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European delight

Ganache Patisserie introduces intricate European-style pastry to Chisholm Creek.

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Ganache Patisserie owners Laura Szyld and Matt Ruggi trained in European kitchens in Argentina and France before moving to Oklahoma. - JACOB THREADGILL
  • Jacob Threadgill
  • Ganache Patisserie owners Laura Szyld and Matt Ruggi trained in European kitchens in Argentina and France before moving to Oklahoma.

Traditionally, ganache is the combination of warm cream added to chocolate to create an icing or filling for a variety of confections.

It’s the elevation of two simple ingredients that highlight the ethos behind Ganache Patisserie, the brainchild of European-trained pastry chefs and husband-and-wife duo Matt Ruggi and Laura Szyld, which opened in the Chisholm Creek development located at 13230 Pawnee Drive in March.

“The idea of mixing two simple ingredients and getting so much flavor out of it, that’s what we believe is our pastry shop,” Szyld said. “It’s simple ingredients that if they are really good, you don’t need more that that.”

Ruggi and Szyld met in Argentina, where Szyld was born and raised; Ruggi moved from Italy as a young child. The couple has trained in intricate European-style pastries in Argentina, Paris and across Europe and operated a successful catering business in Buenos Aires.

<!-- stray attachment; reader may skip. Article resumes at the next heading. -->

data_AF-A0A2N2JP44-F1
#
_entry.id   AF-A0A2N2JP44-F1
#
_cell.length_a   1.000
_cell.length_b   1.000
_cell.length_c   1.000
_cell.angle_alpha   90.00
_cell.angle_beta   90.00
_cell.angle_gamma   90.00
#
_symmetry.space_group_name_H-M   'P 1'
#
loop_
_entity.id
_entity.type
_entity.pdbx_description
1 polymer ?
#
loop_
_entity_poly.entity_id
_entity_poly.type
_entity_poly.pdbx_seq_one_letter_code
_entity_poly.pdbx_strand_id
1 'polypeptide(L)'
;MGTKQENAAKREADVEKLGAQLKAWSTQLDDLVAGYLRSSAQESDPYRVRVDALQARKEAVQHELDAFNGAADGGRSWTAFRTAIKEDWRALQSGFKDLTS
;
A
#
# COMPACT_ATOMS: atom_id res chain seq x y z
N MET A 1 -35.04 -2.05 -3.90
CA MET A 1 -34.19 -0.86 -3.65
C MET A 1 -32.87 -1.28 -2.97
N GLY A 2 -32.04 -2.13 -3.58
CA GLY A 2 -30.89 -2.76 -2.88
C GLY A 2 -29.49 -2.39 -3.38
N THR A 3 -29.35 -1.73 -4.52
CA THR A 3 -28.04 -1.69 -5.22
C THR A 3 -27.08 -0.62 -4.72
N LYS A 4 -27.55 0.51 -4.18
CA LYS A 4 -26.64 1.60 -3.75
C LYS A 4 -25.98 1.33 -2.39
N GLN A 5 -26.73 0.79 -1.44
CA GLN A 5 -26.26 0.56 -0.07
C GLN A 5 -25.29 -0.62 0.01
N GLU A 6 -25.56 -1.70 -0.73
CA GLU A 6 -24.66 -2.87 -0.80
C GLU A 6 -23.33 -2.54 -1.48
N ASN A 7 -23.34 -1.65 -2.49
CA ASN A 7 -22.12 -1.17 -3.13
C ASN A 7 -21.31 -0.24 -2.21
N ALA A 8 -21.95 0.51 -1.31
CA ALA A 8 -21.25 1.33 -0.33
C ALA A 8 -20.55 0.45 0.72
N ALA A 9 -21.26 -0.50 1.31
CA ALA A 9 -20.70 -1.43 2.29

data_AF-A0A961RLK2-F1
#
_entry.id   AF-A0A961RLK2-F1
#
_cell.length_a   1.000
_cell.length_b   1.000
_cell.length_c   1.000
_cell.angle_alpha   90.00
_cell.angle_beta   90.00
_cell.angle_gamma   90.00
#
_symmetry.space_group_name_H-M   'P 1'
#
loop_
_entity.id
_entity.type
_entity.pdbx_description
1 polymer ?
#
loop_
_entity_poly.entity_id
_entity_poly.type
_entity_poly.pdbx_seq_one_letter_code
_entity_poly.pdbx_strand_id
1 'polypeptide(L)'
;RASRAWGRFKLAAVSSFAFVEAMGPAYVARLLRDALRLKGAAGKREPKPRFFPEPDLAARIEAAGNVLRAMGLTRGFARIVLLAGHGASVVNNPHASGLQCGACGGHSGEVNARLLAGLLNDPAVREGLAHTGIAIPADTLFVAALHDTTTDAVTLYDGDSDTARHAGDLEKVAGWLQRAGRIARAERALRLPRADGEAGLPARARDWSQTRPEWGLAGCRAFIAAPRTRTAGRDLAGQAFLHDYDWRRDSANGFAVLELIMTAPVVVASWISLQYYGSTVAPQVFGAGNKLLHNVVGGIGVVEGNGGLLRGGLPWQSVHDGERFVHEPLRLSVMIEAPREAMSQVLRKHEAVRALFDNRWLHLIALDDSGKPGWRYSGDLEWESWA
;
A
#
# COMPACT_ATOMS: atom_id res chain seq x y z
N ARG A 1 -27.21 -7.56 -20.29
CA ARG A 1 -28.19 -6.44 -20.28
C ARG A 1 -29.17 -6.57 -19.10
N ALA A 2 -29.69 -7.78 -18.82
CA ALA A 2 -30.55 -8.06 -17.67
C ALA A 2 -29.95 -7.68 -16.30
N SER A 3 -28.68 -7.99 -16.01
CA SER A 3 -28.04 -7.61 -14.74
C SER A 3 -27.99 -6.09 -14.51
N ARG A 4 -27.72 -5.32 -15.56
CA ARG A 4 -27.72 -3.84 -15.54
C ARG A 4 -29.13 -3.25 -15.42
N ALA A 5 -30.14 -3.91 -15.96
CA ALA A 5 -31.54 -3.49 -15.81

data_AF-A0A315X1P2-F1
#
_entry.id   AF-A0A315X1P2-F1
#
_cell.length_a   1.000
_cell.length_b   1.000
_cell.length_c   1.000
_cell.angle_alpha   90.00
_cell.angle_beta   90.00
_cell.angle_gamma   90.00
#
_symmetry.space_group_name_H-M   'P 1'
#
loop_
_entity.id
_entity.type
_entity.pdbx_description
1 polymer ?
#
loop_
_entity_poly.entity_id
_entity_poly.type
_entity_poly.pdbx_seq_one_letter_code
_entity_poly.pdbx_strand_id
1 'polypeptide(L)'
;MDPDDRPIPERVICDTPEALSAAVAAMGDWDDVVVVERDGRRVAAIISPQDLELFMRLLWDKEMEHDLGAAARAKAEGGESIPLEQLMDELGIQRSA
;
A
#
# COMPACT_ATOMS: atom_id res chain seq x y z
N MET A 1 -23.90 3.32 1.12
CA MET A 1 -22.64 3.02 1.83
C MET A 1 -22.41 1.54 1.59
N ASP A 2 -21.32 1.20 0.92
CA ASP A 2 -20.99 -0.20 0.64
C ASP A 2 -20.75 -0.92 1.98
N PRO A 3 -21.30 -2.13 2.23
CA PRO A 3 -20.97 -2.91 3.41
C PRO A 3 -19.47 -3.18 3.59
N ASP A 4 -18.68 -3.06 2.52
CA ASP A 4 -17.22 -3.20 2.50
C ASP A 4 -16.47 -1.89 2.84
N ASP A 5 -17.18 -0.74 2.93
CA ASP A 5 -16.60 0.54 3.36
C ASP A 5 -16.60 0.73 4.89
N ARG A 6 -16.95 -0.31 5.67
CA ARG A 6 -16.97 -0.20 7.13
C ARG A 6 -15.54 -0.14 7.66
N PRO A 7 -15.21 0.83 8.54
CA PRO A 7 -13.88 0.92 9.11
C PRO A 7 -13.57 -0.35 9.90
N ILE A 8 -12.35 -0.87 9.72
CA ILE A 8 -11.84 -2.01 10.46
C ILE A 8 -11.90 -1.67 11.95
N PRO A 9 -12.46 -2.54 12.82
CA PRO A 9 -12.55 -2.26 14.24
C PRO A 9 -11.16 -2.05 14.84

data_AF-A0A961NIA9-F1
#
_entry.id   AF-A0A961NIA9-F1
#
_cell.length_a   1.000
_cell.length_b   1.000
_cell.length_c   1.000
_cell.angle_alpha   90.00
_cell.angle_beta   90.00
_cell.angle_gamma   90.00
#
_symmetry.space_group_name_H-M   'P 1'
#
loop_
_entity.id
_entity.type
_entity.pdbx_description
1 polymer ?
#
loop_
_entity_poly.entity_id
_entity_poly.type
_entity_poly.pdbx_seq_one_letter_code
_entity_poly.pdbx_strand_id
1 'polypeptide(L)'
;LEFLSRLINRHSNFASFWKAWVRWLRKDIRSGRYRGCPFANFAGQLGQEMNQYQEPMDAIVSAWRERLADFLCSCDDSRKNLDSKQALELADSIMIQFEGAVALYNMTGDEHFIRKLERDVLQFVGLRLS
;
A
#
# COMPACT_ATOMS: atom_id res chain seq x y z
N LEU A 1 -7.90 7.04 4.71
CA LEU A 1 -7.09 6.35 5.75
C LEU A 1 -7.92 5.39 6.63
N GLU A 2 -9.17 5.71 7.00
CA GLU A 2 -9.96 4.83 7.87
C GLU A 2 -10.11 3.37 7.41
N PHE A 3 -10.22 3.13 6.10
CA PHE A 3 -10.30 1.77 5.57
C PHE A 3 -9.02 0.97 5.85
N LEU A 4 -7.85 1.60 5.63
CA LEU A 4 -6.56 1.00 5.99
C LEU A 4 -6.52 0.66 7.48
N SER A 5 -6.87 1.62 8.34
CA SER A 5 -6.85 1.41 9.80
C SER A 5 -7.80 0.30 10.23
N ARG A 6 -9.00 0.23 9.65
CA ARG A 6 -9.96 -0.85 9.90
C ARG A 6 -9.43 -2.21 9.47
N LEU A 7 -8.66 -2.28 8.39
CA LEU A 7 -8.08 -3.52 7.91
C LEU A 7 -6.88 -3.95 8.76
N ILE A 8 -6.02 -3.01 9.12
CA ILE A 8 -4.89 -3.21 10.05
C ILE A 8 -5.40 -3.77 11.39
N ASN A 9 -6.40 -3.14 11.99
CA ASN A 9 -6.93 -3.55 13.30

An opera cake with layers of raspberry, dulce de leche and white chocolate is joined by below a variety of ganache-filled macarons. - JACOB THREADGILL
  • Jacob Threadgill
  • An opera cake with layers of raspberry, dulce de leche and white chocolate is joined by below a variety of ganache-filled macarons.

Szyld’s father got a job with University of Oklahoma a few years ago and immediately began raving about the city to his daughter.

“He really liked it and told us to check it out. He felt like it was a secret; ‘Just don’t tell anyone else that everything is 15 minutes away,’” Szyld said.

Ruggi said they enjoyed all of their food experiences in Oklahoma City, except when it came to the dessert portion of the menu. He got excited about the idea of being the first patisserie in a big city.

“When we got here and saw the city growing infrastructure but also food offerings, I was expecting steakhouse after steakhouse, which would make me happy, but then we saw a variety of different cuisine like Korean food and ramen,” Ruggi said. “If people are as open-minded enough to try it, they might as well be for pastry.”

The menu at Ganache Patisserie features ornate cakes and tarts like a cheesecake with white chocolate mousse, colorful ganache-filled macarons available in 14 flavors, dark chocolate bonbons, European-style croissants and savory breads, including three sandwich and salad options.

The transition from Argentina to a business in Chisholm Creek is the culmination of nearly a three-year process after originally visiting Oklahoma City. They spent time in Connecticut with Ruggi’s family while he tied up loose ends with the catering company.

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During visits to Szyld’s family in Oklahoma, the couple said that they spent a month going to every bakery in Oklahoma City and Edmond to look for a good location for the shop. After nearly coming to terms in Midtown, a realtor suggested the burgeoning Chisholm Creek development.